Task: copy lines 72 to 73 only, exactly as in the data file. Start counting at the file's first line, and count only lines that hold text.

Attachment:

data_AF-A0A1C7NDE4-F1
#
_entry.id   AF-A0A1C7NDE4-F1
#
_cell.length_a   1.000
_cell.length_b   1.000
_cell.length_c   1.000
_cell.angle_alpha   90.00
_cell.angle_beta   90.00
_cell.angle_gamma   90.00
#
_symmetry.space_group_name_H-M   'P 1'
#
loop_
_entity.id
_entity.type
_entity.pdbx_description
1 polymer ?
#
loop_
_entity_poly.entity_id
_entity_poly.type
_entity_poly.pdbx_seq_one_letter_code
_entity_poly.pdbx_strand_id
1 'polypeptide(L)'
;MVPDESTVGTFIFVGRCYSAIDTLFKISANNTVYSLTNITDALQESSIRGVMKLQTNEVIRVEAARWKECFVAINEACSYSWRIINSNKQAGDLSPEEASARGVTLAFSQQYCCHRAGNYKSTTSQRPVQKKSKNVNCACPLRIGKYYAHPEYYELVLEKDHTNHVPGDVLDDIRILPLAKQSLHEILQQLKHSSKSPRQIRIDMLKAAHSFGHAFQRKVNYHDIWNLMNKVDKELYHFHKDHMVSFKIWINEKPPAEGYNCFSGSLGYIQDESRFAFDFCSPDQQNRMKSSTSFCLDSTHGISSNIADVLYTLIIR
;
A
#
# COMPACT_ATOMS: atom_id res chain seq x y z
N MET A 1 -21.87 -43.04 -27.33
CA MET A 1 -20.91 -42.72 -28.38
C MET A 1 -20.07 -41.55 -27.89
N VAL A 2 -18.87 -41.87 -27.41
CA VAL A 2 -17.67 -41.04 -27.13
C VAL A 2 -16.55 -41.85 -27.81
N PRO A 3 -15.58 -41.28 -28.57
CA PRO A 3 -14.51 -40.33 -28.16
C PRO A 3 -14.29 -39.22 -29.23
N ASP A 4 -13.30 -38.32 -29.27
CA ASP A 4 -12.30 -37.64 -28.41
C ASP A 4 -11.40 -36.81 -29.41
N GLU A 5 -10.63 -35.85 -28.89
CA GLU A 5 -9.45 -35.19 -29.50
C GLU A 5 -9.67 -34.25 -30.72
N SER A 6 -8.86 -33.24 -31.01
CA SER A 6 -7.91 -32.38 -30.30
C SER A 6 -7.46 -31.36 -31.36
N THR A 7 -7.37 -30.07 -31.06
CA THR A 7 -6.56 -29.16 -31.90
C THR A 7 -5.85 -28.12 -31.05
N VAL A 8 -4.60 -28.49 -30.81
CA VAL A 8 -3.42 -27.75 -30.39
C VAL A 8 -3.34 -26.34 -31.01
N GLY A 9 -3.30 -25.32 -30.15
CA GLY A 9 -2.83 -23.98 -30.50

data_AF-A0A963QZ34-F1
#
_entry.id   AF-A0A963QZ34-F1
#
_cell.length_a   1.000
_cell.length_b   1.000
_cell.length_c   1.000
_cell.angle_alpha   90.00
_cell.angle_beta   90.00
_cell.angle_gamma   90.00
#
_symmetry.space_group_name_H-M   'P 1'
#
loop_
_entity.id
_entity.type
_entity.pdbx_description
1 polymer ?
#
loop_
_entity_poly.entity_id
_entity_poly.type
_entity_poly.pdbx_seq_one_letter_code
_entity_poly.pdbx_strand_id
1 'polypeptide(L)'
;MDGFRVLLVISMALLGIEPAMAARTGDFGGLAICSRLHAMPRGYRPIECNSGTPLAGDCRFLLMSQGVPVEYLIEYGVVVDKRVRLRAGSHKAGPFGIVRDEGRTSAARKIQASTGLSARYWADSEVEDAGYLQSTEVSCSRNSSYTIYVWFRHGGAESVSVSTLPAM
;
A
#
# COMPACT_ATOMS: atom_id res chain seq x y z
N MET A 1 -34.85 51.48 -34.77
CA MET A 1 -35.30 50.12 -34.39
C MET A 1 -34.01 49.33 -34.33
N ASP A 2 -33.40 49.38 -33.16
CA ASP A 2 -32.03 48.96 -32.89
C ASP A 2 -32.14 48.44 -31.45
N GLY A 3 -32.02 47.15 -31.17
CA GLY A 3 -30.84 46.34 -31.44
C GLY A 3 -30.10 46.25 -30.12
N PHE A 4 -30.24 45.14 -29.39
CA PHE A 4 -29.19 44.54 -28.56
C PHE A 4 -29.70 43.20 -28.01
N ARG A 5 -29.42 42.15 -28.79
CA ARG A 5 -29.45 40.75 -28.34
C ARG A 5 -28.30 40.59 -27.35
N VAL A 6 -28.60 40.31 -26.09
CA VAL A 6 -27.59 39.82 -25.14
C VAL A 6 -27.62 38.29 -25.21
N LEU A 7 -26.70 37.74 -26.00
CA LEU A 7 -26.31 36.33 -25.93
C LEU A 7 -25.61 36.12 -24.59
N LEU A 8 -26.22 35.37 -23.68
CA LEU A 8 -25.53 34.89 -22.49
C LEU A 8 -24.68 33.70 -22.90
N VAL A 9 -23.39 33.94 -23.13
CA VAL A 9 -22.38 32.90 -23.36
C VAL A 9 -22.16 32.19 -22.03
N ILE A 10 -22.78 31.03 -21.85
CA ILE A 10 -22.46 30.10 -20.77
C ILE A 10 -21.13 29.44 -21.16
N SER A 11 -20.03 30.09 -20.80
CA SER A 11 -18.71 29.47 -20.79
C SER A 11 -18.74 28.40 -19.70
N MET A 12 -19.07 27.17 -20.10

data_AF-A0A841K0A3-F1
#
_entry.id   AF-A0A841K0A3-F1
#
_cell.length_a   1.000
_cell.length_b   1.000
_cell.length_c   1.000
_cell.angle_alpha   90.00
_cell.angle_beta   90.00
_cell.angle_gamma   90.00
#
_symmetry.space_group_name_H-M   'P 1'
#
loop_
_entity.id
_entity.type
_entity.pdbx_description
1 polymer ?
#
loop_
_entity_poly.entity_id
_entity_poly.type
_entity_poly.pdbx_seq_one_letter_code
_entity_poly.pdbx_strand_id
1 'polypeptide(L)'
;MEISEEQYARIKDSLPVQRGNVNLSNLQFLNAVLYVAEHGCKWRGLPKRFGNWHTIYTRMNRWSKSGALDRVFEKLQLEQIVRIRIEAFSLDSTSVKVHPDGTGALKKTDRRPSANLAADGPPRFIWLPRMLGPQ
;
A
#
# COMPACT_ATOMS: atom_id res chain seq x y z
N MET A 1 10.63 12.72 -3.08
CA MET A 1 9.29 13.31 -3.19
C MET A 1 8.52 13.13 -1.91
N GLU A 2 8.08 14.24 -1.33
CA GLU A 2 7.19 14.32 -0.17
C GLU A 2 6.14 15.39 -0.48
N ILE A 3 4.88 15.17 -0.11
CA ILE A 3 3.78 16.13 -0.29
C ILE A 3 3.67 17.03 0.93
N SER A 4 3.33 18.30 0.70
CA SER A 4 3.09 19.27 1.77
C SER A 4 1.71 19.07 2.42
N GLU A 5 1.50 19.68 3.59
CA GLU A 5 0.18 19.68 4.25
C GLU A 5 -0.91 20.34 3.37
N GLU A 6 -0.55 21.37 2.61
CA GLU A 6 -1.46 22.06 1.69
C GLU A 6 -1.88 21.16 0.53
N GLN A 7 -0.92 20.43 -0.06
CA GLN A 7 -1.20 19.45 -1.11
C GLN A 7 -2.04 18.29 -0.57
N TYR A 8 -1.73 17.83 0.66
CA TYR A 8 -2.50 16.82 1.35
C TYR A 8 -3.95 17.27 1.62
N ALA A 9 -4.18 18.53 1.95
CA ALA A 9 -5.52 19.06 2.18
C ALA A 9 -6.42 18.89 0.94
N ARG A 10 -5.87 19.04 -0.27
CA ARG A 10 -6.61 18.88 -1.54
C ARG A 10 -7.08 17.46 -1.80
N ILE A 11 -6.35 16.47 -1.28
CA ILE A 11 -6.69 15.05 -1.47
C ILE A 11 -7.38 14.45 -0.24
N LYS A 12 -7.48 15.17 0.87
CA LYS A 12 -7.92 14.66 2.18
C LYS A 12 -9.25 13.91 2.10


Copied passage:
_entity.type
_entity.pdbx_description